3. Individual Contribution To Corporate Goals

The average employee working on their tasks might never understand how their projects contribute to larger corporate goals. With access to their record in an integrated learning and talent management system, employees can view their role and which goals it supports. If their career aspirations are not in alignment with their current and future roles within an organization it should become obvious. Most people confronted with the fact they are not in the right role, decide to change roles within the organization, or leave. In this way, over time, the right people fill the right roles, because it is abundantly clear what they are required to do in order to be successful.

Aligning talent development and corporate strategy is very important given the scarcity of good employees and the competition to keep them. Interestingly, just half of all respondents in the ADP survey expressed confidence that their organization had the tools to effectively find, keep, and grow the best talent.3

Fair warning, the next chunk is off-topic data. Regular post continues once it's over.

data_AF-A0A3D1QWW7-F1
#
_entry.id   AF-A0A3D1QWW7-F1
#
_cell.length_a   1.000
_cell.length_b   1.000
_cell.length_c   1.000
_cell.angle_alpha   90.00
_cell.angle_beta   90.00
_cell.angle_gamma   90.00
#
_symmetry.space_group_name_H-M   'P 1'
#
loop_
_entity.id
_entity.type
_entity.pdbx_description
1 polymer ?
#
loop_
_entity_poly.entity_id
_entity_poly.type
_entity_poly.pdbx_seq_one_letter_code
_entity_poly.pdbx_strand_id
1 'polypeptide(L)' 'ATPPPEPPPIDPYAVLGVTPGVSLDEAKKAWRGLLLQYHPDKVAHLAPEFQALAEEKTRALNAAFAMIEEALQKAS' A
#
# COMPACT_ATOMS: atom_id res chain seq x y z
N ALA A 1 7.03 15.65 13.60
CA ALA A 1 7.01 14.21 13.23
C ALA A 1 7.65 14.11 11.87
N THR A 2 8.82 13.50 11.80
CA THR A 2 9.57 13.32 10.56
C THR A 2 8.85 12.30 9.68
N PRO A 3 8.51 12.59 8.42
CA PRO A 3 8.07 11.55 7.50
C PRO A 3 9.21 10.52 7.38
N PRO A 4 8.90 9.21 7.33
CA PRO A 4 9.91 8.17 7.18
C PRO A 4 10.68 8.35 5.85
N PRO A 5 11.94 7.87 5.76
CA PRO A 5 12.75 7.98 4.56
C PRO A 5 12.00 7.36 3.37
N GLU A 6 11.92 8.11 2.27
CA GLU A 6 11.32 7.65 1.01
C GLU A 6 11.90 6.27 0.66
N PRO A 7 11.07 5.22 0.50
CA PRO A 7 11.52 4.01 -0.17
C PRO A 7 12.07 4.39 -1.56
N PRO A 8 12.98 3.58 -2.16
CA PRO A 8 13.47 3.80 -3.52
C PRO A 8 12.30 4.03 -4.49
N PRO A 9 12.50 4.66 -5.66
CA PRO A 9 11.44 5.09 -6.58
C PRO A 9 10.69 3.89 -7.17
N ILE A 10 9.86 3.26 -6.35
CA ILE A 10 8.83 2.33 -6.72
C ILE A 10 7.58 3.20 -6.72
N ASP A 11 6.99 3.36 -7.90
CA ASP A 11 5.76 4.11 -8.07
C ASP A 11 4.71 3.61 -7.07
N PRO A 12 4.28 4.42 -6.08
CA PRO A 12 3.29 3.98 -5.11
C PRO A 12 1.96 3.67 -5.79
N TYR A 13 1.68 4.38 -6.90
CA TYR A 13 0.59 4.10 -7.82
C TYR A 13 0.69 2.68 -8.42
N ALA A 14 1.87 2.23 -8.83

In the past, training, and performance monitoring traditionally were disparate processes, with associated separate software tools. Now, combined open learning and talent management solutions are available to help with compliance training and can lead to competitive advantage by ensuring employee efforts align directly with corporate strategy.

From Compliance To Competitive Advantage: Next Steps

Take the following steps to help your organization meet compliance requirements and create a real competitive advantage by aligning corporate strategy with employee performance.

1. Set Goals For Your Compliance Training Program And Determine

  • What are your compliance requirements?
  • How will you reflect requirements in job tasks?